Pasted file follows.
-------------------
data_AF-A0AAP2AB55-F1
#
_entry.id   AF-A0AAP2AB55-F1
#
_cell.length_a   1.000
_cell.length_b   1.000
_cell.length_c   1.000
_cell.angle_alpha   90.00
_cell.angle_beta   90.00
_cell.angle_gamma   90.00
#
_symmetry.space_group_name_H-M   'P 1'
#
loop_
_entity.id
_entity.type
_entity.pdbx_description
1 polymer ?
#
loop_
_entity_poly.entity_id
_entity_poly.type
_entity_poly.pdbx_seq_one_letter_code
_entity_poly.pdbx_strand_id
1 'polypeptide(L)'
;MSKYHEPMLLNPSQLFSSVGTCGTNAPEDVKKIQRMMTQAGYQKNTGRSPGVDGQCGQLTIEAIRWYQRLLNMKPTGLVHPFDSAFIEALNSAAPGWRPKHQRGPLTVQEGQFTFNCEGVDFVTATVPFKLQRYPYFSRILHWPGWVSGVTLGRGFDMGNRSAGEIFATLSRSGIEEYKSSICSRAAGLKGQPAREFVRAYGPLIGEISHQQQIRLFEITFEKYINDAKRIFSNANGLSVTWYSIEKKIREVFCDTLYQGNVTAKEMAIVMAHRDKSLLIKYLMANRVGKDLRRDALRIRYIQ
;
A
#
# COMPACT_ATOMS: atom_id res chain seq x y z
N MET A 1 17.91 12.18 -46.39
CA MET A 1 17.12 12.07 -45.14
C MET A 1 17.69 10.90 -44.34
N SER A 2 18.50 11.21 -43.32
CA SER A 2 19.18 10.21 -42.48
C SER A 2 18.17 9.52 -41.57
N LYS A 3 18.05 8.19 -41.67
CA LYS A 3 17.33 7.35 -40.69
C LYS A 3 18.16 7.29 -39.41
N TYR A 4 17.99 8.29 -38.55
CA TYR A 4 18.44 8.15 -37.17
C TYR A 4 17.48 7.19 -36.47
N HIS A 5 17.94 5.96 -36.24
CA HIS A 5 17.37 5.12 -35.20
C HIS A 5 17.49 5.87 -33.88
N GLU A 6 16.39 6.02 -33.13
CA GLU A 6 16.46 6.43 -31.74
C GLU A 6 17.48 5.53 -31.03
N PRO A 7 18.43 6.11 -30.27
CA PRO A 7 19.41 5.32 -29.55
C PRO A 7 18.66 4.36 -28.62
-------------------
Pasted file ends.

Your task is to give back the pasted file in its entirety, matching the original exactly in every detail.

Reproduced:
data_AF-A0AAP2AB55-F1
#
_entry.id   AF-A0AAP2AB55-F1
#
_cell.length_a   1.000
_cell.length_b   1.000
_cell.length_c   1.000
_cell.angle_alpha   90.00
_cell.angle_beta   90.00
_cell.angle_gamma   90.00
#
_symmetry.space_group_name_H-M   'P 1'
#
loop_
_entity.id
_entity.type
_entity.pdbx_description
1 polymer ?
#
loop_
_entity_poly.entity_id
_entity_poly.type
_entity_poly.pdbx_seq_one_letter_code
_entity_poly.pdbx_strand_id
1 'polypeptide(L)'
;MSKYHEPMLLNPSQLFSSVGTCGTNAPEDVKKIQRMMTQAGYQKNTGRSPGVDGQCGQLTIEAIRWYQRLLNMKPTGLVHPFDSAFIEALNSAAPGWRPKHQRGPLTVQEGQFTFNCEGVDFVTATVPFKLQRYPYFSRILHWPGWVSGVTLGRGFDMGNRSAGEIFATLSRSGIEEYKSSICSRAAGLKGQPAREFVRAYGPLIGEISHQQQIRLFEITFEKYINDAKRIFSNANGLSVTWYSIEKKIREVFCDTLYQGNVTAKEMAIVMAHRDKSLLIKYLMANRVGKDLRRDALRIRYIQ
;
A
#
# COMPACT_ATOMS: atom_id res chain seq x y z
N MET A 1 17.91 12.18 -46.39
CA MET A 1 17.12 12.07 -45.14
C MET A 1 17.69 10.90 -44.34
N SER A 2 18.50 11.21 -43.32
CA SER A 2 19.18 10.21 -42.48
C SER A 2 18.17 9.52 -41.57
N LYS A 3 18.05 8.19 -41.67
CA LYS A 3 17.33 7.35 -40.69
C LYS A 3 18.16 7.29 -39.41
N TYR A 4 17.99 8.29 -38.55
CA TYR A 4 18.44 8.15 -37.17
C TYR A 4 17.48 7.19 -36.47
N HIS A 5 17.94 5.96 -36.24
CA HIS A 5 17.37 5.12 -35.20
C HIS A 5 17.49 5.87 -33.88
N GLU A 6 16.39 6.02 -33.13
CA GLU A 6 16.46 6.43 -31.74
C GLU A 6 17.48 5.53 -31.03
N PRO A 7 18.43 6.11 -30.27
CA PRO A 7 19.41 5.32 -29.55
C PRO A 7 18.66 4.36 -28.62